Just over two years ago, Auckland Transport's top spin doctor sent me the following good news.
"Brian I hope you are sitting down. This from Brendon Main, Group Manager at AT Metro operations. 'There will be no advertising on bus windows with the implementation of our new contracts. It will be great for our customers' "
He ended the message with a big nudge: "So there we go – I think that deserves a mention."
For months I'd been badgering AT to ban the billboard advertising being plastered across the side windows of Auckland's buses. In daylight, peering out the bus windows was like viewing the world through a burqa. You saw everything through a veil of black dots. At night, especially in the rain, you could see nothing. It was claustrophobic.
So I was happy to congratulate AT for its plan to abolish window-blocking advertising. Now I just feel conned. The curse of window advertising lives on. Instead of banning it, AT is now running the business!
Two years back, AT bureaucrats claimed to be sympathetic to the customers' plight, but said there was nothing in the existing contracts with private bus operators that allowed them to force a change. But with contracts then beginning to expire, AT said it would take control of all bus advertising in the new contracts, and end the window blocking practice.
The only sour note was that it would take time. The first new contracts, covering South Auckland, were to come into effect in October 2016, but the last, covering North Shore not until March 2018.
In the Central area where I live, the uncovering of the windows was supposed to have taken place in August last year, but I confess I didn't put it in my diary. It wasn't until a couple of weeks ago, that I checked back. This followed a trip home from a Town Hall show on the Outer Link. I found myself sitting against window covered in advertising black dots. With the rain pouring down and the recording device which is supposed to announce approaching stops, turned off, I found myself having to peer up the "tunnel" to the driver's window, to orient myself.
Back home, a quick file search revealed that advertising on the Outer Link windows should have long gone. When I reminded the AT spin doctor of this and of his "great news for passengers" message of two years ago, he totally skirted the clear windows commitment as only a good PR man can.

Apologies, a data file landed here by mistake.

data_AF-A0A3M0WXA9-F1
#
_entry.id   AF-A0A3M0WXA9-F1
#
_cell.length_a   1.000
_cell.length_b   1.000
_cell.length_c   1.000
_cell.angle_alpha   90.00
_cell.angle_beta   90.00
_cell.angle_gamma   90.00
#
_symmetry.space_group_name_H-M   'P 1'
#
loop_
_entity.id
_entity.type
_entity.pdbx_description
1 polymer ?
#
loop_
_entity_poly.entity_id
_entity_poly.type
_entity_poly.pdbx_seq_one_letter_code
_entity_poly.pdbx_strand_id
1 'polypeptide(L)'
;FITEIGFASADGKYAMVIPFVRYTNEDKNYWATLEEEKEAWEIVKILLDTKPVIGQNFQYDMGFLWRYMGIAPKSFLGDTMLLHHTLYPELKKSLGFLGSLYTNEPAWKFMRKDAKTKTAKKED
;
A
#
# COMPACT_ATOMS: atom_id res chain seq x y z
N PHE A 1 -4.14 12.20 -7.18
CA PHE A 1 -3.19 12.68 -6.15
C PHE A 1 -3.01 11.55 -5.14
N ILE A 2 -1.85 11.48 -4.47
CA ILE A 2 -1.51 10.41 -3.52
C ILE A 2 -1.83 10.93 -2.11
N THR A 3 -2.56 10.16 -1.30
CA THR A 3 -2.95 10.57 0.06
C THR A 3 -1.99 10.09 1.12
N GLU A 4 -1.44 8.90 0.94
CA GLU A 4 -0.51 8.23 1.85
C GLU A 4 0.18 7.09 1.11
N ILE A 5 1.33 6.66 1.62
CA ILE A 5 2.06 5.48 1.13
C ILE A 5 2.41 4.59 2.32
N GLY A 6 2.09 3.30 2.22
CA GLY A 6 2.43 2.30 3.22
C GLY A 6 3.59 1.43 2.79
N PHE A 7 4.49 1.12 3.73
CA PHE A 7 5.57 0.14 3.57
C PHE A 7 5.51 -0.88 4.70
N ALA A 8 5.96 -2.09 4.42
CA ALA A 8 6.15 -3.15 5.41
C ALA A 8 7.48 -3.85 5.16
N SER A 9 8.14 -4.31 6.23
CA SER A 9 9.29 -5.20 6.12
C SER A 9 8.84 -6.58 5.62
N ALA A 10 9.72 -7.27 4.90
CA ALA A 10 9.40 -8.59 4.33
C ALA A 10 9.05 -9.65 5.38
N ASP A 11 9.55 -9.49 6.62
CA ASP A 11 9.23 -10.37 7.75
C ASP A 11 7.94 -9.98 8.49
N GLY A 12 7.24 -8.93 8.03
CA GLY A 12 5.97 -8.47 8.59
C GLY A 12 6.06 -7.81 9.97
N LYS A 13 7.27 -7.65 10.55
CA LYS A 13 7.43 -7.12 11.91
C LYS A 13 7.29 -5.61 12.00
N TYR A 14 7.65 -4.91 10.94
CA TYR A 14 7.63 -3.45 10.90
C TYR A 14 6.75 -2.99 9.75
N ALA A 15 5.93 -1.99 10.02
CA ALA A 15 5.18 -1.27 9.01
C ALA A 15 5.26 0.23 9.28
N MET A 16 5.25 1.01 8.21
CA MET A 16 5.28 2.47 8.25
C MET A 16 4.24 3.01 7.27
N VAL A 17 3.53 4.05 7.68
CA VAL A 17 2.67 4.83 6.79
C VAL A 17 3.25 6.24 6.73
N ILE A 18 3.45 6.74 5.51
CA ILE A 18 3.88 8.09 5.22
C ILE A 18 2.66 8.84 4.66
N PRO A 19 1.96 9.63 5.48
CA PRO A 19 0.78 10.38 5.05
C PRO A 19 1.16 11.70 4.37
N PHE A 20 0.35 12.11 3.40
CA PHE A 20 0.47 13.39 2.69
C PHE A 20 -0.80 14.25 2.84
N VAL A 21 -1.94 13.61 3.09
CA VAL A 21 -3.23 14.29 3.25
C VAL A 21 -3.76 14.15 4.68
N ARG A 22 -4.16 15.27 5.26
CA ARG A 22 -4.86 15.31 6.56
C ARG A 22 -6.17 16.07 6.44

It turns out that customer well-being is low on AT's priority list, well certainly less important than getting its hands on the lucrative advertising dollars that the private operators had previously pocketed. AT now proudly skites of earning "several million dollars in advertising revenue around public transport." Removing it from buses would result in fare increases of "at least 2.5 per cent."
Under the new contracts, AT has granted itself permission to smear advertising across the side of 25 per cent of the single decker fleet - windows included - and onto the backs and a side vertical strip, of all double-deckers.
It claims 85 per cent of surveyed Aucklanders "agreed that advertising was acceptable if the money is used to help fund and maintain a better transport system." Whether that included advertising across windows I don't know. I was told "there are standards for outward visibility where there is advertising," and if "you have an issue with a particular bus we will check it complies."
All of which avoids the question why AT has reneged on its "great news" promise that all window advertising would be removed from buses. If it was so bad 2-3 years ago, why is it now suddenly OK? As for the offer to check out any individual bus I nominated for compliance, that's a joke given AT seems to both set the standards and rake in the cash.
I'm not against advertising on buses, just the window-blockers. Car-driving, decision makers at AT might kid themselves with the myth the advertising is "see through," but cocooned bus users know better. We just want to be treated like human beings, not packaged fish fingers.